African designers have come a long way but still have a lot of ground to cover. The business of African fashion is highly competitive and to survive you need to be armed not just with a great product but a lot of industry knowledge and sound work ethic. Survival requires a combination of creative and entrepreneurial skills. From my experience, most designers in this niche fall into the former category but to build a successful fashion business, you have to behave like an enterpreneur.
Branding: This is more than just creating a logo. Before you even create a logo, you have to think about what your overall brand statement is. That said, if you do not define your brand message, others will do it for you and what your brand says about you both online and offline is very important. Let’s start with offline. Figure out what you want your customers to feel when they come in contact with your brand. What is the first impression or message you want to leave with them? Knowing this will help you develop your brand and shape how you present yourself to the public. From the colours you choose on your website to the way you take pictures of your product to the language you employ in describing your inventory, all of these should be shaped by proper branding.
Value Proposition: Do not assume that your clothes are going to sell simply because they look pretty. You are not just selling a piece of clothing, you are providing a value. If you are trying to sell and no one wants to buy, you do not have a business and that is because you are not offering value. For a customer to open their wallet and give you their money, you need to provide them with a good reason. What creates a sale and makes you different from your competition is the exchange of value. People will patronize anything they believe is valuable to them. Your product must be useful. It must solve a problem or fill a gap in the market. To be useful, just do a little research to find out what your ideal customers want and give them exactly what they are looking for.
Customer Service: Your product may be great but are your customers satisfied or frustrated with your service? Do you answer their questions with prompt feedback? Do you have a solid refunds, returns or exchange policy that enables your customer to conveniently ensure that they are happy with their purchases? In the case that they are disappointed, how will your turn them into happy customers? These are just a few of the questions you must ask yourself. Never ignore the power that word of mouth has. When one customer has a bad experience with you, it is most likely they will tell someone else and that is bad for business. Worse yet, if they write a negative review about your brand online, it will be available for the whole world to see and you don’t want that. Take some time to craft a customer service plan that clearly reflects the interests of your customer.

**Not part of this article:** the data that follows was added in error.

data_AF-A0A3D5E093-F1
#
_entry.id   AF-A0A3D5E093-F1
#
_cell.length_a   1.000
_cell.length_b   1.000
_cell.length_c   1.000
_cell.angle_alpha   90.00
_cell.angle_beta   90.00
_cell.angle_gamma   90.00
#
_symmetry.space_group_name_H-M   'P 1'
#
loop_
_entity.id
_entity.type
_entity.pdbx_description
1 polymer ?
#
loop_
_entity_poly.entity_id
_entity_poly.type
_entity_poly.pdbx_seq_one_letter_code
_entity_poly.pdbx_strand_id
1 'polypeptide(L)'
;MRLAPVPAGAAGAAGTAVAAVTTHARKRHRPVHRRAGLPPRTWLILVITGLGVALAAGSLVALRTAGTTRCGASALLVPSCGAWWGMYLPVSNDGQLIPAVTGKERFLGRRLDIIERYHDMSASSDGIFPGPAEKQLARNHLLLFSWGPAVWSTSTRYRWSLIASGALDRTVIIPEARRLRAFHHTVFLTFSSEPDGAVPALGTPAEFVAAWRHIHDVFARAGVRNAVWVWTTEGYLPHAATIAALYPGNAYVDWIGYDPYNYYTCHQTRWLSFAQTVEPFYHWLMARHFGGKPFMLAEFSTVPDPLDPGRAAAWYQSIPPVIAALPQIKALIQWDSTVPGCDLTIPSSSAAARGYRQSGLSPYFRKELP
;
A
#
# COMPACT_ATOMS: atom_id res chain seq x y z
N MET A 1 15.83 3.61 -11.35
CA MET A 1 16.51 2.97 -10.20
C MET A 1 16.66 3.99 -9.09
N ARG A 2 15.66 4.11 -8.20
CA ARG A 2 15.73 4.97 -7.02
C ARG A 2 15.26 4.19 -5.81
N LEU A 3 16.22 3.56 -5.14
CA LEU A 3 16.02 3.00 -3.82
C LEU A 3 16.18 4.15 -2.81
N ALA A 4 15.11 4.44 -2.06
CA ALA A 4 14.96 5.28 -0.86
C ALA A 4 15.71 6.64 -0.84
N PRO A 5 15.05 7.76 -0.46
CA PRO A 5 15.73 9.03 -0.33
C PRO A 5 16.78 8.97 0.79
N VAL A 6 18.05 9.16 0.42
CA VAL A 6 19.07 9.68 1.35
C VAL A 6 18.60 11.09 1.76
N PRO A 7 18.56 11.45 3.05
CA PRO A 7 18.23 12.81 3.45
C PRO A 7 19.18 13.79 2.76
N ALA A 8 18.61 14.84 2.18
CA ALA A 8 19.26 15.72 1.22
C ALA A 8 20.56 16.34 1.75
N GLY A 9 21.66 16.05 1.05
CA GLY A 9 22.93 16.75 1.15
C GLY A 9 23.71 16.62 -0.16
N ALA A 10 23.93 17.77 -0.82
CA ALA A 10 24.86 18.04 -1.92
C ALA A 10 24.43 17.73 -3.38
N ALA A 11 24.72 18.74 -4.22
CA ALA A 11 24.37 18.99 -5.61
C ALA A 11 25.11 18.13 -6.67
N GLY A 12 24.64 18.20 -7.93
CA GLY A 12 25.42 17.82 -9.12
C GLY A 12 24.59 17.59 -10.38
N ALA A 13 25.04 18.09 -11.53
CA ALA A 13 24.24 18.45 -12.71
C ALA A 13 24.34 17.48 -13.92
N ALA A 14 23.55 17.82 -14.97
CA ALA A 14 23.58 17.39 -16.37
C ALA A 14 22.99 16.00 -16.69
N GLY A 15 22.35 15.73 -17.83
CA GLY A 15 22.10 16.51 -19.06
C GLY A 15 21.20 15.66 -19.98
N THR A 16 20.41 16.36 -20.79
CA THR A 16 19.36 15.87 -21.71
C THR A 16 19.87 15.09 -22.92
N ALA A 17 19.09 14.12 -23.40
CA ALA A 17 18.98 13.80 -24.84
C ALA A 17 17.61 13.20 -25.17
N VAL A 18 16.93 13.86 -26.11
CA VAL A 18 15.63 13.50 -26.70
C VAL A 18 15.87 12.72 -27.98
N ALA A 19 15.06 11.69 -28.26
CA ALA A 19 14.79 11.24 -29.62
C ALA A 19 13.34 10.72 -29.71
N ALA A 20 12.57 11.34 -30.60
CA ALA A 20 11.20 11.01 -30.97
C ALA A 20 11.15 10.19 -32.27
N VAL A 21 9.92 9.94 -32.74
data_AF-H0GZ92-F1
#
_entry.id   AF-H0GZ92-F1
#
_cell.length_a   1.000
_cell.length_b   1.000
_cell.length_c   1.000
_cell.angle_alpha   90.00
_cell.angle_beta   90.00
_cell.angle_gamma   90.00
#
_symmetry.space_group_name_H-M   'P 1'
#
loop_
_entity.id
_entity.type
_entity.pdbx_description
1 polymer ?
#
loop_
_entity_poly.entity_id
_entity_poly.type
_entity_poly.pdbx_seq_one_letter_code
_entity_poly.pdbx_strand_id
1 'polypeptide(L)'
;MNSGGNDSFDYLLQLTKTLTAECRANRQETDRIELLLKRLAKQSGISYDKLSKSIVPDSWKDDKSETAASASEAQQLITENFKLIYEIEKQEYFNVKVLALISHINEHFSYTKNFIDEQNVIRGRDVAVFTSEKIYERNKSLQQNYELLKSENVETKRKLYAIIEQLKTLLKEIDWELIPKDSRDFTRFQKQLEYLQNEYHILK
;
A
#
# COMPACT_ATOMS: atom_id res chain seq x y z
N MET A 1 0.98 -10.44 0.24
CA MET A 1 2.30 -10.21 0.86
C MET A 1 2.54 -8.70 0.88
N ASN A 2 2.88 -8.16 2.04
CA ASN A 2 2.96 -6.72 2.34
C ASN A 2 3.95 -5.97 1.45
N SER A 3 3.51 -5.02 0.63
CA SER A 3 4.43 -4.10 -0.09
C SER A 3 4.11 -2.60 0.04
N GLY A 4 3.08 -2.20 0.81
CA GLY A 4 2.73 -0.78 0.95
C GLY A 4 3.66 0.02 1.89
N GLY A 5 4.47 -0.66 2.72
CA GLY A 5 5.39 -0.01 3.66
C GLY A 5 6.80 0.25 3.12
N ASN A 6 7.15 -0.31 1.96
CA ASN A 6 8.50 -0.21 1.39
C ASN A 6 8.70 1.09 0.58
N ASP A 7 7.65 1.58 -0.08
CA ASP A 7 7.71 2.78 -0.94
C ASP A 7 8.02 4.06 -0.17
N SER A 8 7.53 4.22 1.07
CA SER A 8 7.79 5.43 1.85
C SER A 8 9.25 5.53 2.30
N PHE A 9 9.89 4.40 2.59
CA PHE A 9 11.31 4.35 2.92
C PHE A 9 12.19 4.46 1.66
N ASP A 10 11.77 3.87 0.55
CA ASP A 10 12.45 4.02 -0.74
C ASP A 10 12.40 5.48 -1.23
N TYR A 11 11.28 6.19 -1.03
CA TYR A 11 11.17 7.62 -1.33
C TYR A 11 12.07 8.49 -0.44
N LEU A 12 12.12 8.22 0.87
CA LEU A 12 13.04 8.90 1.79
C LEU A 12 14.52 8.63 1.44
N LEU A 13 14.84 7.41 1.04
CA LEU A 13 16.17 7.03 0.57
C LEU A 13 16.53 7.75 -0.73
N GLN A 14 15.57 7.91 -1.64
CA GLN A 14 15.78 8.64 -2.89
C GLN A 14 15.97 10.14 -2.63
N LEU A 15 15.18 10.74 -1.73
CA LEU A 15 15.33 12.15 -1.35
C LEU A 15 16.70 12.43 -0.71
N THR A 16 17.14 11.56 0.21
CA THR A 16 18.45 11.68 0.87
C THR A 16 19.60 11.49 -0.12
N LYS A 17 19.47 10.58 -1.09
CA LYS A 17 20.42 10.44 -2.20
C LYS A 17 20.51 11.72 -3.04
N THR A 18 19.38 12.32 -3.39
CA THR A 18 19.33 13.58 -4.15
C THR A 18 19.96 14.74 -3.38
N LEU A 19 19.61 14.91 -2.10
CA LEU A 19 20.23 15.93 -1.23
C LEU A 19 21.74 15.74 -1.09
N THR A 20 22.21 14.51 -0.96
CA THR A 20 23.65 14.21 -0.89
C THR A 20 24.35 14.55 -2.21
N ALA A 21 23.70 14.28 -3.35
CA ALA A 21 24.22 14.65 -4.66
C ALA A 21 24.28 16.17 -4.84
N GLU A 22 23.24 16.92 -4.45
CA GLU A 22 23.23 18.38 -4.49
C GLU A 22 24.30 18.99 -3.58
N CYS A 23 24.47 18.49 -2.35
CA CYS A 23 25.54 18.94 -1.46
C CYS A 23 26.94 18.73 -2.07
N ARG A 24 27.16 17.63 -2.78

Sales and Distribution: If one of your goals is not to attract the attention of buyers, you have not yet begun. Look beyond your website and find strategic ways to attract new customers. Most of all, think of how you can get an audience with buyers from bigger retail companies. They will want to know more about your product and how it fits in with the other brands they carry. How much does it cost and who is going to buy the product? What are your current and future sales projections? They might even ask about your business structure to ensure you can meet their production demands. All of these are important things you should be considering if you want to scale your business. A lot of African designers rely on African Fashion Weeks and pop-up shops in and out of the diaspora to get sales but unless these events are connecting you to buyers, you need to diversify your sales efforts.
Digital Marketing: It is 2017. Everything has gone digital and customers are now using their mobile phones to shop online. To be relevant and competitive in a highly saturated marketplace such as fashion, you need to be digital savvy. It is no longer an option. It is a requirement. However, digital marketing is more than just setting up a website and social media platforms. Because having a website does not guarantee sales and being popular on social media does not mean profitable. You need to have a strategy to gain a loyal tribe of people who are interested in what you have to offer and then covert them into buyers. This in itself is no easy feat because it hinges on building a relationship with your potential customer. The process requires a lot of research and testing to get it right but eventually you will figure it out.
I would love to hear your feedback on this blog post. Do you think I have covered everything an African fashion designer should know about business or do you have some helpful tips to share. Remember that what you already know could help someone else so don’t be scared to share your knowledge and experiences. Looking forward to the discussions!
Photo Source: http://bit.ly/2vSvMYb